The most visible part of what the GAP offers is probably our Web site (www.gapgolf.org). It is really the cornerstone of how we communicate with our members. Complimenting the Web site are several other ways in which we communicate, including our electronic handicap GAP Revision newsletters and Golf Association of Philadelphia Magazine. We also have our President’s Council, in which we invite the leaders of our Member Clubs to come and hear national speakers on issues that are important to the clubs. The GAP also conducts an annual comprehensive survey that covers every aspect of the club operation, not just golf operation. The results are reported to clubs participating in the survey.

How have GAP’s services been changing to reflect the constant changes in the golf business?

  Managing the clubs is not getting any easier and our club leaders seem to need information faster. In response to that need in particular, we’re going to expand our capability to enable club leaders to pose questions to the GAP. In turn, the GAP will survey our members electronically to give them quick feedback. We’re going to communicate those results in our new GAP Boardroom News, which is going to be geared to the boards of our clubs for timely issues that they need some help with.

What further help can the Association provide to help clubs meet the management challenge?

  Every club president I talk to says the most important issue facing clubs, of course, is attracting new members. Families are busier and member clubs are competing for their recreation time and dollars. It seems that the families are more interested now in not just looking for golf, but they’re looking for multiple activities that they can have the whole family participate in, whether that’s paddle tennis or tennis or fitness or trapshooting like some clubs have. But they’re looking for a second reason to join the club.

  So our member clubs are trying to improve their infrastructure and trying to bring other amenities to the club. Huntingdon Valley, for instance, just formed a relationship with the Union League to provide our members access to the Union League facilities.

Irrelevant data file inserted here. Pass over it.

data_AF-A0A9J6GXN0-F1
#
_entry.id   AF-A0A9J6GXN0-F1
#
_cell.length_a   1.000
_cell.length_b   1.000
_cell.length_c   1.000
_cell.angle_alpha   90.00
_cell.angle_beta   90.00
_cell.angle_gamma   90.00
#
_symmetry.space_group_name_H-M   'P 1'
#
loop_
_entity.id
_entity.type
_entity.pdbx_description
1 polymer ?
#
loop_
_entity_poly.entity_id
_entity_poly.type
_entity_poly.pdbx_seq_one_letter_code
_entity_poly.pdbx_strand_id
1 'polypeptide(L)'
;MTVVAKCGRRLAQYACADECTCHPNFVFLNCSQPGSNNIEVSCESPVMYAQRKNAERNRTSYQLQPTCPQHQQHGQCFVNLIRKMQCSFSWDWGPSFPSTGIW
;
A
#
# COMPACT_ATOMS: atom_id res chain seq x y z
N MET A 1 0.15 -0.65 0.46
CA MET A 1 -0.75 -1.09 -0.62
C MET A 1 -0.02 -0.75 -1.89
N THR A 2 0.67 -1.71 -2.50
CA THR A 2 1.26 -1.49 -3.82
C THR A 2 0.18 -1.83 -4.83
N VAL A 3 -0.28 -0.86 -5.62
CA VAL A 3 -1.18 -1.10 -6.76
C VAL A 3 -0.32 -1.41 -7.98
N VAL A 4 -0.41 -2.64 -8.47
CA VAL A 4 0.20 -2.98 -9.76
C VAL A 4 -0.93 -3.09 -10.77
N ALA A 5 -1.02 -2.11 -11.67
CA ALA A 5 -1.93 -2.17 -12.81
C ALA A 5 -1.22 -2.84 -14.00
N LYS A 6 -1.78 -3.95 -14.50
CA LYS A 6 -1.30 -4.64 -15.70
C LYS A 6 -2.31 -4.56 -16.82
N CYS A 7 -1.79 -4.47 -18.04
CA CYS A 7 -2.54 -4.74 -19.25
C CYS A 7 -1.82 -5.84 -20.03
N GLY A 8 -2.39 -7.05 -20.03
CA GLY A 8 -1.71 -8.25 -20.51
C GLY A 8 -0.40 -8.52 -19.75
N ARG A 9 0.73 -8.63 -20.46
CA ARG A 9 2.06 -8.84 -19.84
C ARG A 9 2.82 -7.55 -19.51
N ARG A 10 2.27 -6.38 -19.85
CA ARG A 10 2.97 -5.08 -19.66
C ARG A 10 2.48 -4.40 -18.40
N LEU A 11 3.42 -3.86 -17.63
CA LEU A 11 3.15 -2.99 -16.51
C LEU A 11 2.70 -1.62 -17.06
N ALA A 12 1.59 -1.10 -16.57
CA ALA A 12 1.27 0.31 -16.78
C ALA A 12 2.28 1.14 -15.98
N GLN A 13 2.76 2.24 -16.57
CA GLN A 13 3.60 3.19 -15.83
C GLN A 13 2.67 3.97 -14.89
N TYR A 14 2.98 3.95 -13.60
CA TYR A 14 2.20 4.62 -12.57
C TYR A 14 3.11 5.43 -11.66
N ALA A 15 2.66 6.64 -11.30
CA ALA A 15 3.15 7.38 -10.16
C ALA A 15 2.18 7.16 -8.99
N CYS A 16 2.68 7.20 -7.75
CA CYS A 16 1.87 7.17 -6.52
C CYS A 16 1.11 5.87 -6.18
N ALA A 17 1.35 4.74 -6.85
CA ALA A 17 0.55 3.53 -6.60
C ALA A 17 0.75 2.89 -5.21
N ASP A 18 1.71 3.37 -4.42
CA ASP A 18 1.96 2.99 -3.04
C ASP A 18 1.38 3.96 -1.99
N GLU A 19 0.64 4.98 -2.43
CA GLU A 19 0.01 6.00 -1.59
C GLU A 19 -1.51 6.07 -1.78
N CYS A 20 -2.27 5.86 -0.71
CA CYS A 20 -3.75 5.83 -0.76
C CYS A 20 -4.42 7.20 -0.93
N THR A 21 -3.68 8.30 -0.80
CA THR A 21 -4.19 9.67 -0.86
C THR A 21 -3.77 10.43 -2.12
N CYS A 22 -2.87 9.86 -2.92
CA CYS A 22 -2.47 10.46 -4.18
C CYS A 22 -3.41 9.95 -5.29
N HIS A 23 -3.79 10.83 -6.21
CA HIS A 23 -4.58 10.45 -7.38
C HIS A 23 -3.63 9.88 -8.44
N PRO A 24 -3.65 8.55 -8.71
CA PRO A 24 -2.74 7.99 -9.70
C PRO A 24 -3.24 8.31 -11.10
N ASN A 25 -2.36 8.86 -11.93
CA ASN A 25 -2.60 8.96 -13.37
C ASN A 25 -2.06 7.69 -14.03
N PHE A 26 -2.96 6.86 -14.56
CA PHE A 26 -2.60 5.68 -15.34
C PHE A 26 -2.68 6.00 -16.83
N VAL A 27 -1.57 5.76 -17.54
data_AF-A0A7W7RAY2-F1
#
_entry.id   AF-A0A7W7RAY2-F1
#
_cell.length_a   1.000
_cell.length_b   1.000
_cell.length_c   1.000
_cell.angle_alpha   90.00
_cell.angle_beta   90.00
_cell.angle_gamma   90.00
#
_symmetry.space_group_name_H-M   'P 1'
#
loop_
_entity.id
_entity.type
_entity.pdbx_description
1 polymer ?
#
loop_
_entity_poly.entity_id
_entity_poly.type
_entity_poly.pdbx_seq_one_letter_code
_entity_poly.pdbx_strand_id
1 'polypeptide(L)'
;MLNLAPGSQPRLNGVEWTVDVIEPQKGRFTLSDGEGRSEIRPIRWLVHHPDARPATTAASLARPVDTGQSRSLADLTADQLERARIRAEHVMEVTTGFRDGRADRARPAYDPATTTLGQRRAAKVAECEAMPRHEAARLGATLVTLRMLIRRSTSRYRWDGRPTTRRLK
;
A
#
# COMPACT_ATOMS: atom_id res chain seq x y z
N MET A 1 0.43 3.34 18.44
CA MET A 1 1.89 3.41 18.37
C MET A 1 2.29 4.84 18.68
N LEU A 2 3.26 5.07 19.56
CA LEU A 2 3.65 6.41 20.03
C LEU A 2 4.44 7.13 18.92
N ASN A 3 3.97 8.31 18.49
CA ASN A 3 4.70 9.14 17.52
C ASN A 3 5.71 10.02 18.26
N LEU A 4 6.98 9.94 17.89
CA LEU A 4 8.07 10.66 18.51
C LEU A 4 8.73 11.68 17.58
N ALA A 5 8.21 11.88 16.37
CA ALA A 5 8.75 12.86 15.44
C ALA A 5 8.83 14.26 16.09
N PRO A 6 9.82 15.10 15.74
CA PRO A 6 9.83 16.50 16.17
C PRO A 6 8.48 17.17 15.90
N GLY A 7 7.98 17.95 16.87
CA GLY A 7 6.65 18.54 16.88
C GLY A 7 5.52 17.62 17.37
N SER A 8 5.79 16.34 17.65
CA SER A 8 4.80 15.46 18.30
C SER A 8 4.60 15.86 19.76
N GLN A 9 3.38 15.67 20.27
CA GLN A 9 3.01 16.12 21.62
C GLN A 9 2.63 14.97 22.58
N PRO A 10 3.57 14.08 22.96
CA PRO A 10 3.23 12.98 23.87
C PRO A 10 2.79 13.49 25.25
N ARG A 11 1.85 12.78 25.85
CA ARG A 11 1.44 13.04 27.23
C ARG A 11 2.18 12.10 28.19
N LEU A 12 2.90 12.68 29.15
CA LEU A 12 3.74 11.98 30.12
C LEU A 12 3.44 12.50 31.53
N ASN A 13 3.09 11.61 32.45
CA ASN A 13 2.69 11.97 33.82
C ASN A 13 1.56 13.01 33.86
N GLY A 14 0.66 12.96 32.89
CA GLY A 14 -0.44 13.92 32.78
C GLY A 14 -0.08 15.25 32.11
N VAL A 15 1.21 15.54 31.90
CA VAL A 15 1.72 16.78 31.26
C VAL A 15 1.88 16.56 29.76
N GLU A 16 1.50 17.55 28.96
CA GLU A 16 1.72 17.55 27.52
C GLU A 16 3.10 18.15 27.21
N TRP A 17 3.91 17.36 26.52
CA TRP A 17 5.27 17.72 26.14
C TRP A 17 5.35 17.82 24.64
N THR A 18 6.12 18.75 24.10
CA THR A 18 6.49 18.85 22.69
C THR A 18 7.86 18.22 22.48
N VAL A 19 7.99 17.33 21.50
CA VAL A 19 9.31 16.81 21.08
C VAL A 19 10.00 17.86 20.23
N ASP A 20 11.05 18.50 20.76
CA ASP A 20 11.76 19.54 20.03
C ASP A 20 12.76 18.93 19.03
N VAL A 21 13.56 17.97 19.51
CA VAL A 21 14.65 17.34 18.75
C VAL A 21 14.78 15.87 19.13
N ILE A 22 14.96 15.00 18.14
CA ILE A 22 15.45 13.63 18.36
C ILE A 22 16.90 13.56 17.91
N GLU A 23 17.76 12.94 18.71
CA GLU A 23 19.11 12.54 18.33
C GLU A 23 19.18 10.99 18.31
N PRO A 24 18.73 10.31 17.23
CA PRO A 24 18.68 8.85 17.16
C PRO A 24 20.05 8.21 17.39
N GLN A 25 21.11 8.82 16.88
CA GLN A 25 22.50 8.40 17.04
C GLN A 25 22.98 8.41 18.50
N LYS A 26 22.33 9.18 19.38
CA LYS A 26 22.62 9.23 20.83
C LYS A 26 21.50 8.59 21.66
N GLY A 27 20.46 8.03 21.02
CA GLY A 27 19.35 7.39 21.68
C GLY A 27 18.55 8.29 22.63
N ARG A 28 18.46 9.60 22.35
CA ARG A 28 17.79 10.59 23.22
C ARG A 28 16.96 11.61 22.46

As clubs strive to maintain their courses while keeping pace with many regulations and increasing costs for the use of chemicals and water, GAP recently held an Environmental Conference to help our clubs address these issues.

  What GAP is hoping to do is share the best practices that we hear or the new amenities that a club might offer so that our clubs can try to improve their operations.

What advice might you have for helping GAP’s Member Clubs to cope with the challenges they face?

  As far as attracting new members, it really has to be an all-hands-on effort. It has to be the board, the membership and the staff. Everyone has to work toward improving the club and attracting new members. Many of the clubs have actually hired a membership services coordinator who updates the club’s Web site and promotes activities. Probably the biggest improvement I see clubs making is that they’re recognizing that they need that internal assistance.

What opportunities are available for Members of GAP Clubs to volunteer and advance the game of golf?

  Volunteering for the GAP is very rewarding. The volunteers can start like I did with the GAP in rating courses, raising dollars for our J. Wood Platt Caddie Scholarship, and in terms of conducting tournaments, we have starters, rules officials and tournament officials so there are loads of opportunities. We have well over 100 volunteers in GAP right now.

To become a course rater, do you have to be a low-handicap golfer?

  Absolutely not. One of the thoughts out there is that everybody who rates golf courses has a low handicap, but, no, you can be any handicap as long as you devote time to learning the process and can read charts that only a CPA could love. The process gives you great insight into slope and course ratings and usually includes a round of golf.

How do you see the outlook for golf clubs at this testing time?

  I think the clubs have a lot of hard work ahead of them to attract new members. Our most successful clubs are those that have a combination of value for the member and offer the members a sense of pride and camaraderie. For families, it’s a great time to join a club. Almost all the clubs are looking to improve their facilities and make their clubs more family friendly. I would just suggest that people find a club with the amenities that they’re looking for where the whole family can participate.

Fred Behringer is a golf magazine editor, public relations consultant and member of the GAP Communications Committee. He is the former editor of Philadelphia Golf Magazine and Philadelphia Golf and has covered golf in the Philadelphia area for more than 40 years.